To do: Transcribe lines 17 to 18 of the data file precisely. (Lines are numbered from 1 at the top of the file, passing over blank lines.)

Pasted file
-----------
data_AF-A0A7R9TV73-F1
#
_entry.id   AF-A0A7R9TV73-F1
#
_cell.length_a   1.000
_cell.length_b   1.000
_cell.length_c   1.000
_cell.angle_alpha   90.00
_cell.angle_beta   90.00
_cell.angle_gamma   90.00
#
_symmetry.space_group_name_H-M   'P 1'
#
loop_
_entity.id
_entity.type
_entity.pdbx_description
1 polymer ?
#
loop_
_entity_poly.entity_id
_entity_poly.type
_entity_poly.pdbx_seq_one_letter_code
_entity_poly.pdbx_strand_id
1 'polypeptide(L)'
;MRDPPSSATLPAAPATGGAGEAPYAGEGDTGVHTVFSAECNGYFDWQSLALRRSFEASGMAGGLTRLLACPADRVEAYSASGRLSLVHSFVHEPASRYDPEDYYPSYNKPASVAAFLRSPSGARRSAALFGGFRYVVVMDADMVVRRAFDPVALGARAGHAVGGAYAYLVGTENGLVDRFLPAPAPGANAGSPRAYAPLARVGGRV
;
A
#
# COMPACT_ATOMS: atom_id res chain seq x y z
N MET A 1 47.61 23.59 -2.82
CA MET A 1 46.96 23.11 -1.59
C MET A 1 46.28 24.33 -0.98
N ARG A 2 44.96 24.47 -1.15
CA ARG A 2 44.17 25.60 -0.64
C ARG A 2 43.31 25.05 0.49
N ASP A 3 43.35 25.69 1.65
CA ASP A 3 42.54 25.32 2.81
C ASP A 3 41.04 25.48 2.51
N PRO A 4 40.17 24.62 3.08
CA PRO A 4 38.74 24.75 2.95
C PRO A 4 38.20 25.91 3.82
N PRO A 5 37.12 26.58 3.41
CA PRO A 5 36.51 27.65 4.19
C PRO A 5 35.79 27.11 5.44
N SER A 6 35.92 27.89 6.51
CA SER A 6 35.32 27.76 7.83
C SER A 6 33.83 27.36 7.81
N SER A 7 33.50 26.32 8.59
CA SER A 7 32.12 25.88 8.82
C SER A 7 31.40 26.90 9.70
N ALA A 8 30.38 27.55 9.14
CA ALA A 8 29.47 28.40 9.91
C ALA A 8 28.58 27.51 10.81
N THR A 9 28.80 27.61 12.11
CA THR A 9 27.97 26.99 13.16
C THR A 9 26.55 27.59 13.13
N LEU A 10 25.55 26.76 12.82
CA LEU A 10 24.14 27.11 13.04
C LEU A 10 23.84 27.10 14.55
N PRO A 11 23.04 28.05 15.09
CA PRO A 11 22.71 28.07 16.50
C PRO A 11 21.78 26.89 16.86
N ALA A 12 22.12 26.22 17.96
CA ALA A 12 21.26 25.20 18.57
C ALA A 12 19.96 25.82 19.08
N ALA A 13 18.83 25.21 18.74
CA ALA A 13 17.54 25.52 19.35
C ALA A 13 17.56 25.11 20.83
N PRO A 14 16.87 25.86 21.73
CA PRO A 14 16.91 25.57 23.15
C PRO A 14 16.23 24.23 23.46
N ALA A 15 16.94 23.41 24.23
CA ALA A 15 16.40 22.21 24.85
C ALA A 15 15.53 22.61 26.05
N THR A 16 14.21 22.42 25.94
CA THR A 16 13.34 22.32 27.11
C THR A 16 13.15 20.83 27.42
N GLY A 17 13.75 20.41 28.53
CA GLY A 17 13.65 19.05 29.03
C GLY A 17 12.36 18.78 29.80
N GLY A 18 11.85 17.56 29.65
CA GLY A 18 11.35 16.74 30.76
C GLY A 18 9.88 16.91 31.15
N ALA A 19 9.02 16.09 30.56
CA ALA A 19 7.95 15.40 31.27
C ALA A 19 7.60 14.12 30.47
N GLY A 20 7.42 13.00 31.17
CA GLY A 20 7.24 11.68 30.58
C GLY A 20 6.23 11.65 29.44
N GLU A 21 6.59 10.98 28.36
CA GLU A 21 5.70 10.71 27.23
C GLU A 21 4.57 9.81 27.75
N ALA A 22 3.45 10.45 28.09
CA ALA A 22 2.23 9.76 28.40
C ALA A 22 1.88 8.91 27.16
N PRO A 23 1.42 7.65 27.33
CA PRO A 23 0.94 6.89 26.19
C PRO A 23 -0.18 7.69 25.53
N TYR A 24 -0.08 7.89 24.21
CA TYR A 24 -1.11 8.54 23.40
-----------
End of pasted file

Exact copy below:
_entity.pdbx_description
1 polymer ?